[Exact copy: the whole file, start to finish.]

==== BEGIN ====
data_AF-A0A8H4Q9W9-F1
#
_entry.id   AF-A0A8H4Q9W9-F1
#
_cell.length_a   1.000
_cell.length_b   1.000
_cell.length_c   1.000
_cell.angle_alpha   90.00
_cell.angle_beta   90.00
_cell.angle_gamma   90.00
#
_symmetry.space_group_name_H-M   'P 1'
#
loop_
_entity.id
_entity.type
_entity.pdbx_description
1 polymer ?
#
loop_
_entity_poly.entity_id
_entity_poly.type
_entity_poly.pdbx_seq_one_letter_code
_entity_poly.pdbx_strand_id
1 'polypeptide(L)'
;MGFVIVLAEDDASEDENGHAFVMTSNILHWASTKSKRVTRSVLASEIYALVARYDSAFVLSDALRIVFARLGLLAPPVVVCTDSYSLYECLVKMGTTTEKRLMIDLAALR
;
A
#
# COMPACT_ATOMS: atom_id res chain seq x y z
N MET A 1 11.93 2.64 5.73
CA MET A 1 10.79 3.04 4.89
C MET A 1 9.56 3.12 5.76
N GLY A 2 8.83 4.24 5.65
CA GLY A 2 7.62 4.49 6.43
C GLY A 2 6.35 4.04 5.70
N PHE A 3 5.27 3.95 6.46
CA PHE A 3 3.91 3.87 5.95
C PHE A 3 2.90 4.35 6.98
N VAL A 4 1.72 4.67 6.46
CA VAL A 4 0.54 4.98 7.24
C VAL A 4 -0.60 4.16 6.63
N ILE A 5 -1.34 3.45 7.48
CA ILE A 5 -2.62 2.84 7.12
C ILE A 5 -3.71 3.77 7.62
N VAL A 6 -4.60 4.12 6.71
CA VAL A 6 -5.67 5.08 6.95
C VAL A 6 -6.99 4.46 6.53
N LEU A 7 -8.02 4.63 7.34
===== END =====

data_AF-A0A8H4Q9W9-F1
#
_entry.id   AF-A0A8H4Q9W9-F1
#
_cell.length_a   1.000
_cell.length_b   1.000
_cell.length_c   1.000
_cell.angle_alpha   90.00
_cell.angle_beta   90.00
_cell.angle_gamma   90.00
#
_symmetry.space_group_name_H-M   'P 1'
#
loop_
_entity.id
_entity.type
_entity.pdbx_description
1 polymer ?
#
loop_
_entity_poly.entity_id
_entity_poly.type
_entity_poly.pdbx_seq_one_letter_code
_entity_poly.pdbx_strand_id
1 'polypeptide(L)'
;MGFVIVLAEDDASEDENGHAFVMTSNILHWASTKSKRVTRSVLASEIYALVARYDSAFVLSDALRIVFARLGLLAPPVVVCTDSYSLYECLVKMGTTTEKRLMIDLAALR
;
A
#
# COMPACT_ATOMS: atom_id res chain seq x y z
N MET A 1 11.93 2.64 5.73
CA MET A 1 10.79 3.04 4.89
C MET A 1 9.56 3.12 5.76
N GLY A 2 8.83 4.24 5.65
CA GLY A 2 7.62 4.49 6.43
C GLY A 2 6.35 4.04 5.70
N PHE A 3 5.27 3.95 6.46
CA PHE A 3 3.91 3.87 5.95
C PHE A 3 2.90 4.35 6.98
N VAL A 4 1.72 4.67 6.46
CA VAL A 4 0.54 4.98 7.24
C VAL A 4 -0.60 4.16 6.63
N ILE A 5 -1.34 3.45 7.48
CA ILE A 5 -2.62 2.84 7.12
C ILE A 5 -3.71 3.77 7.62
N VAL A 6 -4.60 4.12 6.71
CA VAL A 6 -5.67 5.08 6.95
C VAL A 6 -6.99 4.46 6.53
N LEU A 7 -8.02 4.63 7.34